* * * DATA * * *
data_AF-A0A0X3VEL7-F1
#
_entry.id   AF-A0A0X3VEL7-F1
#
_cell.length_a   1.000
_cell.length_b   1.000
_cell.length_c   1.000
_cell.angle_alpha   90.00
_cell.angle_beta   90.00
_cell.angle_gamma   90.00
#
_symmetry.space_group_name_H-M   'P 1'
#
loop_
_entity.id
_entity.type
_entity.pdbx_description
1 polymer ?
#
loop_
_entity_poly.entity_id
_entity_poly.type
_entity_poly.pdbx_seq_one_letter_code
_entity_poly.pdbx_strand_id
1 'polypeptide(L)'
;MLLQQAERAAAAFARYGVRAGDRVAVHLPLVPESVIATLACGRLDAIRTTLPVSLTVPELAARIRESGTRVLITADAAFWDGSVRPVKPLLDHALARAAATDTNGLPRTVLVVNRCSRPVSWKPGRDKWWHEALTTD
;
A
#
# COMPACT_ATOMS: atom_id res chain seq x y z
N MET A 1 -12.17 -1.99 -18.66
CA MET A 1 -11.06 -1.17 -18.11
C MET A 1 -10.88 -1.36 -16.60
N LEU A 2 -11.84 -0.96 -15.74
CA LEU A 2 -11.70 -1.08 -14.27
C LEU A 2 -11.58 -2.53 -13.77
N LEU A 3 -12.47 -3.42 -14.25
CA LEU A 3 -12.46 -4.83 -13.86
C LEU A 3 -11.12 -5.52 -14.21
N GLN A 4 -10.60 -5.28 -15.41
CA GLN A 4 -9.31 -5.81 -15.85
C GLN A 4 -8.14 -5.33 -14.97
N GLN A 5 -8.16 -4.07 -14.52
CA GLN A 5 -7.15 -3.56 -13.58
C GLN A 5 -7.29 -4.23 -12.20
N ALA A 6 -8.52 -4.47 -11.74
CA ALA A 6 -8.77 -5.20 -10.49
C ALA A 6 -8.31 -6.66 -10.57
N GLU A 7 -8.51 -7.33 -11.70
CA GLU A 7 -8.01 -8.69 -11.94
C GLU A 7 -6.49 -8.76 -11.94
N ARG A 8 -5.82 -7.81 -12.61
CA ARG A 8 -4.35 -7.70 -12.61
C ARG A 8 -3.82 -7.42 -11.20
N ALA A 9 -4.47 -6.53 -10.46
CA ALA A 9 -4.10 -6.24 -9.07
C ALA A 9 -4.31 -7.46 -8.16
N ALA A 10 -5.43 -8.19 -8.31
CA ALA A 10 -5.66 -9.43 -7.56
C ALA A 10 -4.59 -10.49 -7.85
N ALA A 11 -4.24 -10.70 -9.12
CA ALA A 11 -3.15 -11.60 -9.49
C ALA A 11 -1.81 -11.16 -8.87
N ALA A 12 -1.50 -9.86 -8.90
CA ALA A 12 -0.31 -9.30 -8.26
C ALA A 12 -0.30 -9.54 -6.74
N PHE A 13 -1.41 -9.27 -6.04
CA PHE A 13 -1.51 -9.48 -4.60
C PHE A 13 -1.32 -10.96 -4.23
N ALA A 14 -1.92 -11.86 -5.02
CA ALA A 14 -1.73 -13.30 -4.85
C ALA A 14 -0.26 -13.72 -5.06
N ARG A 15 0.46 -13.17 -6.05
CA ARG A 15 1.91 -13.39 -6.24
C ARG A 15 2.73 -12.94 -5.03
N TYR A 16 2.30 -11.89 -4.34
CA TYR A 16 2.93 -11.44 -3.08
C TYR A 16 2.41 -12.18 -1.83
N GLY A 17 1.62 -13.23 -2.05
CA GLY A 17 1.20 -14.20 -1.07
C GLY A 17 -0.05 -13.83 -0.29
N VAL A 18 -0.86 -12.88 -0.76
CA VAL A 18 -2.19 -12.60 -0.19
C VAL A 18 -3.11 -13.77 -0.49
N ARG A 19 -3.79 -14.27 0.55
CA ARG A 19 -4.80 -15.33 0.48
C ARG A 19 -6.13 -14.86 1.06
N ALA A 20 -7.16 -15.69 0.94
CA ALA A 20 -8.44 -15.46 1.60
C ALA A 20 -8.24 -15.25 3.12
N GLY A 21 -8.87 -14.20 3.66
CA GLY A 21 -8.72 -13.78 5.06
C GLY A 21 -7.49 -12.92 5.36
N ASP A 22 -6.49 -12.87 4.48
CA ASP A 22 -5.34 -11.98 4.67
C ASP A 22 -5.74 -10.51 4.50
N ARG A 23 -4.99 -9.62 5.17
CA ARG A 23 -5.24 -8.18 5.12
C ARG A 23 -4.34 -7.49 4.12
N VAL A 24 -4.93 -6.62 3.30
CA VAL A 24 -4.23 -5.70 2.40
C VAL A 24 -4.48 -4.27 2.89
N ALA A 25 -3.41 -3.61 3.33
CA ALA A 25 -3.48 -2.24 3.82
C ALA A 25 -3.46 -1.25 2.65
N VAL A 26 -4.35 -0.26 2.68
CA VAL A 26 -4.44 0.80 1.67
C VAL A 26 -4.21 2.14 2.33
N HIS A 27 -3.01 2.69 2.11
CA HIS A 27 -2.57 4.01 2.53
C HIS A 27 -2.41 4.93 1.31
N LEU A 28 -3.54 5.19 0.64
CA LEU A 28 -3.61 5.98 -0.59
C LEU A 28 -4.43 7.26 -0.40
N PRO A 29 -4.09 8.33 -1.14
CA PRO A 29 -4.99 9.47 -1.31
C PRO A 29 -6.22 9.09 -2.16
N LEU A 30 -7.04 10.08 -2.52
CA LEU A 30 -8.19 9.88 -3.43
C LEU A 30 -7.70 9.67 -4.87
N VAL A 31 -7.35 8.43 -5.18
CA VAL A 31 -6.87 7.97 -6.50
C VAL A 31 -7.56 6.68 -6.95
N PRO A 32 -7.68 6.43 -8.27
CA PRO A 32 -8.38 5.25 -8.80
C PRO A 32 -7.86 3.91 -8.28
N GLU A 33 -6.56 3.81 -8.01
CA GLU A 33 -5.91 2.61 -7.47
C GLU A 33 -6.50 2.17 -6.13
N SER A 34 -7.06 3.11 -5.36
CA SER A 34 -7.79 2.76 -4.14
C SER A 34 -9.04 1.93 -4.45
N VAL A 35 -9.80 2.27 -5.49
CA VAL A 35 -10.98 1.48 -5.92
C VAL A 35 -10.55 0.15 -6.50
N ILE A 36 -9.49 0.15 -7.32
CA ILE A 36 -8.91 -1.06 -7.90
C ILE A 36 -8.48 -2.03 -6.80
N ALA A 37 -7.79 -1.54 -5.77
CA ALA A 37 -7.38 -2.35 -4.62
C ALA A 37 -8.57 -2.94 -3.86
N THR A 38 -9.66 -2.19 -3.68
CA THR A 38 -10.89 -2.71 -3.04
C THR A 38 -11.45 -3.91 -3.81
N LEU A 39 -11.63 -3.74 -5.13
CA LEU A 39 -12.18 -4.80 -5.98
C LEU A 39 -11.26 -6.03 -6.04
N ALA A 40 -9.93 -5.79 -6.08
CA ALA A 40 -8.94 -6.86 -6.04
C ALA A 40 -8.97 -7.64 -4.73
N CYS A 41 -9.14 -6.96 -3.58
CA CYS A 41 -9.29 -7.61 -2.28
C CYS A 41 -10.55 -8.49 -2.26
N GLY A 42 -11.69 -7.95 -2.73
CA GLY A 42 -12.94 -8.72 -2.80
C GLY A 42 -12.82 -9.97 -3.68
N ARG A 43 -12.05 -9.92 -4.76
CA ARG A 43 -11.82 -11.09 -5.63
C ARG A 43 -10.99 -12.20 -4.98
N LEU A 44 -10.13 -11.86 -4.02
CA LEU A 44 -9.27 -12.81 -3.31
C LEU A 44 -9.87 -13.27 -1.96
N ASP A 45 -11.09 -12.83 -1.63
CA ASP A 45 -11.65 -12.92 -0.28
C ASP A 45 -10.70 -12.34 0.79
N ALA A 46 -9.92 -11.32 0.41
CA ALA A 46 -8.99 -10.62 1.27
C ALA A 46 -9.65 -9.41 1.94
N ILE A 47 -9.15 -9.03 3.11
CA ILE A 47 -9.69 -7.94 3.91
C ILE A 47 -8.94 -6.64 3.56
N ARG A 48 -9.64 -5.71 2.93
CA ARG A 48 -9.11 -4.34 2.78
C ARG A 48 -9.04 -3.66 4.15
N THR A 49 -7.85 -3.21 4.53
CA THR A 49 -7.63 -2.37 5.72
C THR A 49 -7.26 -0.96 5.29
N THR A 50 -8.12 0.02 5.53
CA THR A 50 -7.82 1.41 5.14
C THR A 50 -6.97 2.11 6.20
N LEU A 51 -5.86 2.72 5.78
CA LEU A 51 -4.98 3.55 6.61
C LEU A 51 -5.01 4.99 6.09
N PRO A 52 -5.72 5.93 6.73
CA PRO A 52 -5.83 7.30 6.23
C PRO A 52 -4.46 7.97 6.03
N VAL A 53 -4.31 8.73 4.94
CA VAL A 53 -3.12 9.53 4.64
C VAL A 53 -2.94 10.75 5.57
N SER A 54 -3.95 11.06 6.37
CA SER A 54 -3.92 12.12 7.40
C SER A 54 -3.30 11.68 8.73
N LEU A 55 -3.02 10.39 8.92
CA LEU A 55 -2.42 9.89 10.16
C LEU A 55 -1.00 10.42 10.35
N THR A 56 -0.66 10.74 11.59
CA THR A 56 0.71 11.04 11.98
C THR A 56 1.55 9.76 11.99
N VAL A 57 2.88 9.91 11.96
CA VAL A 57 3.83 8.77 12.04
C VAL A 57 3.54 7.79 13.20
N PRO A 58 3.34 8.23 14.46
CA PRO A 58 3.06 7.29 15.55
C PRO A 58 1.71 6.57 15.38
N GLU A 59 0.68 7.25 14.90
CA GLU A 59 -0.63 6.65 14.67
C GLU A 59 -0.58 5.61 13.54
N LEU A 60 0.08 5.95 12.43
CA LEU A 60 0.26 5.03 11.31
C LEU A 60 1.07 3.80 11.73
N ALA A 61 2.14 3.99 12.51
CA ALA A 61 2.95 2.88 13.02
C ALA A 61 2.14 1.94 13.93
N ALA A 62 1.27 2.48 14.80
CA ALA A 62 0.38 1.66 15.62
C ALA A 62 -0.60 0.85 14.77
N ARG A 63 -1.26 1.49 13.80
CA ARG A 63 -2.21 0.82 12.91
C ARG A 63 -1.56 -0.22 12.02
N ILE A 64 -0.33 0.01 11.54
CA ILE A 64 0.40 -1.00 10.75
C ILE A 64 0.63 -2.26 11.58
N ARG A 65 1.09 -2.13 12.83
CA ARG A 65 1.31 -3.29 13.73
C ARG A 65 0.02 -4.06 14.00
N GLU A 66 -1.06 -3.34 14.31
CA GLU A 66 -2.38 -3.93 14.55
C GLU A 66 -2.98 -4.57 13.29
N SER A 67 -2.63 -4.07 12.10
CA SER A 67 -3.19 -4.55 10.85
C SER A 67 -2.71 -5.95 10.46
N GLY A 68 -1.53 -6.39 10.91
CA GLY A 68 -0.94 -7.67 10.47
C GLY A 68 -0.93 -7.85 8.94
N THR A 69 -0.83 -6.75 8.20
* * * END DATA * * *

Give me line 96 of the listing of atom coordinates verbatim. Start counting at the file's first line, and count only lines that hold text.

C ASP A 22 -5.74 -10.51 4.50